RY: What is your favorite place in Germany?

BP: Berlin! It’s a very livable city; everything you could want is going on there. For a capital of one of the world’s most important countries, it’s also cheap! For example, there is a restaurant that has a substantial five-course meal with great food for 30 Euros!

RY: Germany isn’t known for their food, but do you have a favorite German food?

BP: Italian restaurants in Germany. They just have great food. Also, there is a tradition of migration from Italy to Germany, and many immigrants stayed and opened restaurants. Berlin is a great restaurant city, and Germany is a great place to cook because they have great ingredients, so you get all this fresh food made authentically. Last year I sat at an Italian restaurant watching big televisions rooting on the German national team, so I’m not a complete traitor to the undertaking, but when I’m in Germany I eat more Italian than German food.

RY: What do you do when you’re not teaching?

BP: I read a lot, mostly German, although I try to keep up with The New Yorker and The Nation. I also have recently become a fan of podcasts, so I download the German nightly news and listen to that. I watch some movies, but I don’t really watch much television. One of the great things about being a professor is that I get to read for my work, and reading novels not necessarily connected with a class gives me ideas about what I might want to teach next.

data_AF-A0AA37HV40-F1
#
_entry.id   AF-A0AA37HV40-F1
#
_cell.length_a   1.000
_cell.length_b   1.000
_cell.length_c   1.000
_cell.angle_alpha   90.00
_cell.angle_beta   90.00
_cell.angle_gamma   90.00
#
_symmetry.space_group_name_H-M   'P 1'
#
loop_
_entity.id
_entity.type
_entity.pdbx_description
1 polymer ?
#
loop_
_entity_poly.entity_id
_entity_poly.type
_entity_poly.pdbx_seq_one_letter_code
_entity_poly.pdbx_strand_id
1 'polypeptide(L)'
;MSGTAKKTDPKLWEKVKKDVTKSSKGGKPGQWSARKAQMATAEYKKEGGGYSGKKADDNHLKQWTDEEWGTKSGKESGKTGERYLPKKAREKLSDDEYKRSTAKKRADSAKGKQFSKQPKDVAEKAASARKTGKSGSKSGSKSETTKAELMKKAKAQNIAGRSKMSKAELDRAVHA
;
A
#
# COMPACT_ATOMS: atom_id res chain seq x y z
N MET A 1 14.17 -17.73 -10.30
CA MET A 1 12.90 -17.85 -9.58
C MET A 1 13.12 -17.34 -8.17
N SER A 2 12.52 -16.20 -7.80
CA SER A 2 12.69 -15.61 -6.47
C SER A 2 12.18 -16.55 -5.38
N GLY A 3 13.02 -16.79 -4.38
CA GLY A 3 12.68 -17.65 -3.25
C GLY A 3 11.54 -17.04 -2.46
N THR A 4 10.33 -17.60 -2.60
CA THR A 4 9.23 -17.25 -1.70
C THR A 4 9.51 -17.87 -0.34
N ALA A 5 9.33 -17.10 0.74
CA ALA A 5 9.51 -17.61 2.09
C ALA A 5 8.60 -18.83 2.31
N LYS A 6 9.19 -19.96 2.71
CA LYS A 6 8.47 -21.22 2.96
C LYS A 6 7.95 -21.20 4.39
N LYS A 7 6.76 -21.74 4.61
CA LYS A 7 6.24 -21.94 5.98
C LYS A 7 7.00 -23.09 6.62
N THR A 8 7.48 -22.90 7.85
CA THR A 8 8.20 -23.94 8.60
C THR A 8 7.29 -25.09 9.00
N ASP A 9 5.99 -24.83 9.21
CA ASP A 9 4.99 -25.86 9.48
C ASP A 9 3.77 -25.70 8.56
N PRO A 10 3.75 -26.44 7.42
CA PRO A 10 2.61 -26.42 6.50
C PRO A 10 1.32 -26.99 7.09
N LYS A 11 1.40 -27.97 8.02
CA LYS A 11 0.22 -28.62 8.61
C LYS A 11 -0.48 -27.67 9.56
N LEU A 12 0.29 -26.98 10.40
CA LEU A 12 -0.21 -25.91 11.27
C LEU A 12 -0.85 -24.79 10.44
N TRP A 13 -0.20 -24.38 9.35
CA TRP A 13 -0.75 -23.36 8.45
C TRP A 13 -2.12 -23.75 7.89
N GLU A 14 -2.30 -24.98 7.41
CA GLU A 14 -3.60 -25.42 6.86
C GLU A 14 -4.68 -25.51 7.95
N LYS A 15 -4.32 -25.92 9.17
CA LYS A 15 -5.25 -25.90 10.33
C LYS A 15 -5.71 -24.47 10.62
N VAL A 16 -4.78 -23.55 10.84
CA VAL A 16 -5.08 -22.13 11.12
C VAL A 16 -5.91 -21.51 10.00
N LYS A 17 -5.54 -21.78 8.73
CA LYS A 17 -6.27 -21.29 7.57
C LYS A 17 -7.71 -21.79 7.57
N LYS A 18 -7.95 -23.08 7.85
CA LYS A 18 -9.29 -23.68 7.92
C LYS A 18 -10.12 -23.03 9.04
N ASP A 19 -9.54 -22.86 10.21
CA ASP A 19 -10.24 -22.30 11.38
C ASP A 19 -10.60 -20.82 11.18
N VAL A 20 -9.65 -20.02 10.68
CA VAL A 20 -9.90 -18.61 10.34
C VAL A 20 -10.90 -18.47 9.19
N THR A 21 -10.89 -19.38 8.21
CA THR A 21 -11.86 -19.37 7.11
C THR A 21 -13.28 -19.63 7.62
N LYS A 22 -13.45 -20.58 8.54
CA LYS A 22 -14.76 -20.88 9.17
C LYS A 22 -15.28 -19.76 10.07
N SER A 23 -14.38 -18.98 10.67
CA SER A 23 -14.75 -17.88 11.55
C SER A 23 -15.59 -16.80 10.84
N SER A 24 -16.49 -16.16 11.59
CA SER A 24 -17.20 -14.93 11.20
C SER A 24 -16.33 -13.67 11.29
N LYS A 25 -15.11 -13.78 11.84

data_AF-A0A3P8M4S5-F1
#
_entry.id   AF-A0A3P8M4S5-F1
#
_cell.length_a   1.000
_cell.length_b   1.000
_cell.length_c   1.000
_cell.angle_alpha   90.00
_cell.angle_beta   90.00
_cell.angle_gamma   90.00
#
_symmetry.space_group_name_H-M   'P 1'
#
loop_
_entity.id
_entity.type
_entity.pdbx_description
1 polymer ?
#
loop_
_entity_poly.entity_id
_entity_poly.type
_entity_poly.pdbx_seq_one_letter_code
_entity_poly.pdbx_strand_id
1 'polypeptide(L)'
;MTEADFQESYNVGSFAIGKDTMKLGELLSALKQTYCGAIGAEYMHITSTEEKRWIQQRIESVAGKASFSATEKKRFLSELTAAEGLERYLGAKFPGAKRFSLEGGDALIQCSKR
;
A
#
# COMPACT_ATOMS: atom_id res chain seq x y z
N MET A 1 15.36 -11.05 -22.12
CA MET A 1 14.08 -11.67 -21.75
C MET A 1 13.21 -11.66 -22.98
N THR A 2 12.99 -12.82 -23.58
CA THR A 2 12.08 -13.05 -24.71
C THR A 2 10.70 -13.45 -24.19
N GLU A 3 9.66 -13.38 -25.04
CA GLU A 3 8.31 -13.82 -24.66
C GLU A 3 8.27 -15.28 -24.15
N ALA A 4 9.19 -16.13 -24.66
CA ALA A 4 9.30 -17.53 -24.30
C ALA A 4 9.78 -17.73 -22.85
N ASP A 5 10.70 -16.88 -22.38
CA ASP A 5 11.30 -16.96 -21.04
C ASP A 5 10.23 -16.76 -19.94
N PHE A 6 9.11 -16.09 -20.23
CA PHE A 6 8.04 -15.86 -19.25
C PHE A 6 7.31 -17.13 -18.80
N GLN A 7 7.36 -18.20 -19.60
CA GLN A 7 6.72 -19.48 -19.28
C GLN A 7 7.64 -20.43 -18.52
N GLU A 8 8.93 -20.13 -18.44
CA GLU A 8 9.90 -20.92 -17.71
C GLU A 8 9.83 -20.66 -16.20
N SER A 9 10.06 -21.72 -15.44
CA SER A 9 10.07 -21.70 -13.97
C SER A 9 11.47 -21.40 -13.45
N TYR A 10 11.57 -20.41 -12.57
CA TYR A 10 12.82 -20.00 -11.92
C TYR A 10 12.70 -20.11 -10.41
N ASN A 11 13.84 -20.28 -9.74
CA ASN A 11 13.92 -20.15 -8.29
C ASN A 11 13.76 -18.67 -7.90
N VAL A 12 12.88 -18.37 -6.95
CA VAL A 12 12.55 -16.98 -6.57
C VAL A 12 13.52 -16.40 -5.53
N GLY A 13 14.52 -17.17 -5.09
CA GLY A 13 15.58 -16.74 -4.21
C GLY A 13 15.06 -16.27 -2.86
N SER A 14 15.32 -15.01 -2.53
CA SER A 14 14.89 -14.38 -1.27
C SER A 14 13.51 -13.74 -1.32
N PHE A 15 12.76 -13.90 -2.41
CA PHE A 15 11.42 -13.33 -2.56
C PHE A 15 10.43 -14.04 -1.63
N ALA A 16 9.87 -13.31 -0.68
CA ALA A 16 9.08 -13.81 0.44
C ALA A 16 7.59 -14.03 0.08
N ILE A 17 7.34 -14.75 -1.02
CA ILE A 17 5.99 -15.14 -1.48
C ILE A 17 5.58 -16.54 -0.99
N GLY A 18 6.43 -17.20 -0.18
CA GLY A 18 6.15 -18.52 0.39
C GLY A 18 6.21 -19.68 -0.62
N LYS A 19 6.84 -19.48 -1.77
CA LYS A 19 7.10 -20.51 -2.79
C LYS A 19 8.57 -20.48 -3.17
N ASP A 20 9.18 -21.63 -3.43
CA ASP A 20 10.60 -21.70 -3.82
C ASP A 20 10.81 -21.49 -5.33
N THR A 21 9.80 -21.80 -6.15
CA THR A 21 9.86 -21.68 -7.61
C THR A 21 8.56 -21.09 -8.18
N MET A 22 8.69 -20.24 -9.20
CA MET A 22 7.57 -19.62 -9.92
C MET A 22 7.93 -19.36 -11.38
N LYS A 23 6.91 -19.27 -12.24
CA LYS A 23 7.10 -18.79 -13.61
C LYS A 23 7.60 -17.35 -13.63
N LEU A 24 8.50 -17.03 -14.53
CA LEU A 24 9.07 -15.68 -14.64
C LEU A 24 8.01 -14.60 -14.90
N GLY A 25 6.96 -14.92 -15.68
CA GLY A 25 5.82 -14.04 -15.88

RY: How do you stay immersed in German?

BP: Well, as I said, I like to read, but I also try to spend time in Germany. This can be difficult. However, last year a friend and I got a grant from the National Endowment for Humanities, so we spent a little over five weeks in Berlin teaching a course for 16 American teachers in German.

It was a nice chance to spend some quality time speaking German and [to] work with talented teachers. I’m hoping to be able to go and spend a month [in Berlin] next fall. I do miss being immersed in German, and for that reason I encourage students to go abroad, because it’s a crucial part of learning the language. It would be nice if we could require study abroad for the German major, because going abroad is a life changing experiences. After all, the whole series of accidents and coincidences that got me here was in part because of my first abroad experience in Germany.